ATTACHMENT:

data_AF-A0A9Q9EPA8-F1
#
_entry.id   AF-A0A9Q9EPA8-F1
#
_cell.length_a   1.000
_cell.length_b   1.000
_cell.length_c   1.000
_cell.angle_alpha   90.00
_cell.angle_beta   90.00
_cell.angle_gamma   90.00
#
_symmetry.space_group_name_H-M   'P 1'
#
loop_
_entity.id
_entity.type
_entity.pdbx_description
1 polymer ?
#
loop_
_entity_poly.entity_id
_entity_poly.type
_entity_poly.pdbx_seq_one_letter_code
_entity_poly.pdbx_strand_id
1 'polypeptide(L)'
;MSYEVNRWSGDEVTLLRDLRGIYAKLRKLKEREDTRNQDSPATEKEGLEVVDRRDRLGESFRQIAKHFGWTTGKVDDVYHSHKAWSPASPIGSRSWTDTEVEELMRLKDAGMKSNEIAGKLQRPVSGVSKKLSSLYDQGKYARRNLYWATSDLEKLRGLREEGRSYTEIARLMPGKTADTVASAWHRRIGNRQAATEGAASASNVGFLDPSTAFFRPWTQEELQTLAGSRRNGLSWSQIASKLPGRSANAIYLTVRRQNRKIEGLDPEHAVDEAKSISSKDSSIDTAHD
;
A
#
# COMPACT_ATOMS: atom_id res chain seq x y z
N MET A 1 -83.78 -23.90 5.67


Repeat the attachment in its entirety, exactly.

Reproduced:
data_AF-A0A9Q9EPA8-F1
#
_entry.id   AF-A0A9Q9EPA8-F1
#
_cell.length_a   1.000
_cell.length_b   1.000
_cell.length_c   1.000
_cell.angle_alpha   90.00
_cell.angle_beta   90.00
_cell.angle_gamma   90.00
#
_symmetry.space_group_name_H-M   'P 1'
#
loop_
_entity.id
_entity.type
_entity.pdbx_description
1 polymer ?
#
loop_
_entity_poly.entity_id
_entity_poly.type
_entity_poly.pdbx_seq_one_letter_code
_entity_poly.pdbx_strand_id
1 'polypeptide(L)'
;MSYEVNRWSGDEVTLLRDLRGIYAKLRKLKEREDTRNQDSPATEKEGLEVVDRRDRLGESFRQIAKHFGWTTGKVDDVYHSHKAWSPASPIGSRSWTDTEVEELMRLKDAGMKSNEIAGKLQRPVSGVSKKLSSLYDQGKYARRNLYWATSDLEKLRGLREEGRSYTEIARLMPGKTADTVASAWHRRIGNRQAATEGAASASNVGFLDPSTAFFRPWTQEELQTLAGSRRNGLSWSQIASKLPGRSANAIYLTVRRQNRKIEGLDPEHAVDEAKSISSKDSSIDTAHD
;
A
#
# COMPACT_ATOMS: atom_id res chain seq x y z
N MET A 1 -83.78 -23.90 5.67